New rules meant to protect Filipino workers from taking out onerous loans to secure work in New Zealand are now being pointed as the reason why those very people fail to land jobs in the country.
The Philippine Overseas Employment Administration set the rules that required employers to shoulder most of the expense in hiring Filipino workers, including recruitment, placement, visa, administrative fees and airfares. As a result, the move could cost New Zealand employers up to $10,000 to recruit an individual Filipino worker, said Filipino Dairy Workers in New Zealand chairman Earl Magtibay.
“Employers are not keen to pay out so much money, especially now the payout is low,” Earl Magtiday said as quoted by Stuff.co.nz.
Employers who used to look at the Philippine jobmarket are now looking at other nationalities.
FDWNZ board director and Pleasant Point farm manager Eric Tao-ey said the dairy crisis had forced redundancies on some Filipinos who now struggled to get visas.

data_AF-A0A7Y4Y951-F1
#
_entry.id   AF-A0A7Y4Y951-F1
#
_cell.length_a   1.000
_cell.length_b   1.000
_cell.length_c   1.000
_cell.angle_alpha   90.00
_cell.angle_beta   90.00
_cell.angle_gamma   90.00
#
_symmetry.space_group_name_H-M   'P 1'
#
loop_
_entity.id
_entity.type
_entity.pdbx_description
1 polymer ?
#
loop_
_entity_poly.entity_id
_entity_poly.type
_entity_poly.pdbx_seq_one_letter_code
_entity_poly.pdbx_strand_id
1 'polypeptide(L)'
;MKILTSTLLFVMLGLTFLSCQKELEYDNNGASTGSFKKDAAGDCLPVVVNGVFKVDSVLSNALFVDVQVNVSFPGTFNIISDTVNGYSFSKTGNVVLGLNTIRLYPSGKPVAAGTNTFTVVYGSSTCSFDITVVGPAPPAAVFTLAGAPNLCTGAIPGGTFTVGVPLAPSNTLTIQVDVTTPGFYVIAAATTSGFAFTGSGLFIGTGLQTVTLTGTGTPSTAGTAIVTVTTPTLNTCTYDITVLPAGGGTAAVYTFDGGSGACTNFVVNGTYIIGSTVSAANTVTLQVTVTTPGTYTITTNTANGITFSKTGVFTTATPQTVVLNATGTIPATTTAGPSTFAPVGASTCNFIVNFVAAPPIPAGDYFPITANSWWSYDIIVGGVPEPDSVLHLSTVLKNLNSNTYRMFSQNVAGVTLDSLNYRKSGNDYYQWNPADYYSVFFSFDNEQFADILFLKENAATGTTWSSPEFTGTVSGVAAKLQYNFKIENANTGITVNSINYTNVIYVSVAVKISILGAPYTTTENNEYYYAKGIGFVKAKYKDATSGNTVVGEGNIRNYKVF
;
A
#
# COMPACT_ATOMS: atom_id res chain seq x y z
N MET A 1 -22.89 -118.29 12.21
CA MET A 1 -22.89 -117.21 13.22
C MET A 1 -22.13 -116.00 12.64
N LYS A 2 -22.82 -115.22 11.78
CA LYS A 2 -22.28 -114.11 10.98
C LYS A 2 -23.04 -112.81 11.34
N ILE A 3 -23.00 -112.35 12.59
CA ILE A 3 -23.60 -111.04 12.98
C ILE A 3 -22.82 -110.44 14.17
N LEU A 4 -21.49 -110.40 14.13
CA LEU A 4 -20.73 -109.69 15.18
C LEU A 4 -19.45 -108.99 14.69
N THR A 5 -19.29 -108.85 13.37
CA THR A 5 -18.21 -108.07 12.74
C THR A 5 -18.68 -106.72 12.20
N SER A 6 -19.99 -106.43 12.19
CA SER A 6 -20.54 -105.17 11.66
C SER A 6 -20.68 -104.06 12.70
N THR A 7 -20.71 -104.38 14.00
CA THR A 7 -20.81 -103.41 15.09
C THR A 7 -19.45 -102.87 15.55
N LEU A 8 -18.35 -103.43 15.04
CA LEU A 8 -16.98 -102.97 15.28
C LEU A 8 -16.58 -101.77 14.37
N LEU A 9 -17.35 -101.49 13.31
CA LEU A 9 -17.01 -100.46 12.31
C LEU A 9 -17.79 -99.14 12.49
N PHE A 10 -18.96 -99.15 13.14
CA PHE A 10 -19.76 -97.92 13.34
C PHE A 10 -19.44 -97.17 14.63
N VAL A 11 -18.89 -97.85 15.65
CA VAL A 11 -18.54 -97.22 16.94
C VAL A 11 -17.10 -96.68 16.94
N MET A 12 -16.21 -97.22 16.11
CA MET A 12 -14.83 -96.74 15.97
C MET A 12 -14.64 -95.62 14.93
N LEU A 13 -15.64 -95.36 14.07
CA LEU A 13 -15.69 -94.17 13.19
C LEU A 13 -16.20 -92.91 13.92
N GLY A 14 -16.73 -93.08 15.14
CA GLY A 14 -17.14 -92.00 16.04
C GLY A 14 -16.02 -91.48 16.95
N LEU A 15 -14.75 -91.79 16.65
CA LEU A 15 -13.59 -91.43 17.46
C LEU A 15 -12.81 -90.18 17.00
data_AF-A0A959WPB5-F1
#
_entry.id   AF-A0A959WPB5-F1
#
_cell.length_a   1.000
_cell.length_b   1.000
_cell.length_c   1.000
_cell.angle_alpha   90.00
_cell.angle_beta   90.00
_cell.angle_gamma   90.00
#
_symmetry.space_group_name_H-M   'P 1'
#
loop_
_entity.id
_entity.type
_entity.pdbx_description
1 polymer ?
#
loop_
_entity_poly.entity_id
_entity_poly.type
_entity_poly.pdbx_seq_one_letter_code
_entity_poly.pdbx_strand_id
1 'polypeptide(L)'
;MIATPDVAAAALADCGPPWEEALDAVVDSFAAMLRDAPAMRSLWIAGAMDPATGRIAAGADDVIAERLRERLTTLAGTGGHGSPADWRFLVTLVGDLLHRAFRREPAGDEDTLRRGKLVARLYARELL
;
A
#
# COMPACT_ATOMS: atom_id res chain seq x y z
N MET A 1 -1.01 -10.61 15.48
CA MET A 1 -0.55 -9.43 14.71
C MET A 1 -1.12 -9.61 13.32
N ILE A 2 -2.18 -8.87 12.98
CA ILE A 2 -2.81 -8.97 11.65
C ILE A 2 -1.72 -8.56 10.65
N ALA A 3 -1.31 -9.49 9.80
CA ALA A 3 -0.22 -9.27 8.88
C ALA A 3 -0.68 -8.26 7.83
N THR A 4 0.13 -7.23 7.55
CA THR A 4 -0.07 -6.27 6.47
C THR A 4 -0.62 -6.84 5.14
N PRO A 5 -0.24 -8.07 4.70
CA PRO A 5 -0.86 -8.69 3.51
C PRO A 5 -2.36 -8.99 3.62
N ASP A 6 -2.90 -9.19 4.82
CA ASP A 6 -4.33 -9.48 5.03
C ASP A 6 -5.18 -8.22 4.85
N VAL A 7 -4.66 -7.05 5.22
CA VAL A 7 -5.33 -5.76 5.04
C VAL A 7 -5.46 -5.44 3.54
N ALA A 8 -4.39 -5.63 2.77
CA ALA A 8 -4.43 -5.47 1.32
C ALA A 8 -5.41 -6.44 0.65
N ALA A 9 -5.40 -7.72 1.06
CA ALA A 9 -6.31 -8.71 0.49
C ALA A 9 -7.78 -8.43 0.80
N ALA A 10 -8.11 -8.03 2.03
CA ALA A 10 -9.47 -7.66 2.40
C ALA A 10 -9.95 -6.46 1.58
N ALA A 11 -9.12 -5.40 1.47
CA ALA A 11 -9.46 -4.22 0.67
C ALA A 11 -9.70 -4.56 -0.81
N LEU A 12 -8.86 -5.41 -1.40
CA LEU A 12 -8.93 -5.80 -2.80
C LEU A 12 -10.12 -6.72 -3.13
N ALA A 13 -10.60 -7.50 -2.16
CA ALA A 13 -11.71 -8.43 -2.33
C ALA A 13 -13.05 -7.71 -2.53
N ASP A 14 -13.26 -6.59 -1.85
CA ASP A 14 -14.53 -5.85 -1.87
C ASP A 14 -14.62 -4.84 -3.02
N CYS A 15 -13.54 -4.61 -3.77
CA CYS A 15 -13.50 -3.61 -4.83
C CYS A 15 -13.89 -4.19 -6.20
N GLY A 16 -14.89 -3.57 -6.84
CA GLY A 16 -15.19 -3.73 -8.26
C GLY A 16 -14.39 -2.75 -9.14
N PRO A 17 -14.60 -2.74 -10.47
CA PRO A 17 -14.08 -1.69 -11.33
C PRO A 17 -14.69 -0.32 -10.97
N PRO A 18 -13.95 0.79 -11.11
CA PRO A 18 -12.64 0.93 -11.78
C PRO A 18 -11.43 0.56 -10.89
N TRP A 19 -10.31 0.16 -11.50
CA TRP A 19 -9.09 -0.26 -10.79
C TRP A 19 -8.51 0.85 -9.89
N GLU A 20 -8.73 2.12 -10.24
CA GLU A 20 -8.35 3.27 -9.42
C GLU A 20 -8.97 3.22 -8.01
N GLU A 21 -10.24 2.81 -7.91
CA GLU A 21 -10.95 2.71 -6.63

“If they have to renew, it could only be for another year and some are unsure whether they’ll get a visa,” Tao-ey said.
“Going back to the Philippines is the last option.”
Magtibay, whose ten friends lost jobs, lamented the loss of good and experienced workers. “We’re expecting more to go,” he said.
Before the new POEA rule, many Filipino workers were prompted to borrow money from loan sharks and lenders to finance their application. While it’s a huge financial burden for the applicants, their chances of landing jobs were better as employers were not expected to shell out huge sums during recruitment.
Now, it’s ironic that a government policy aimed at reducing that financial burden could also be making Filipino dairy workers less appealing.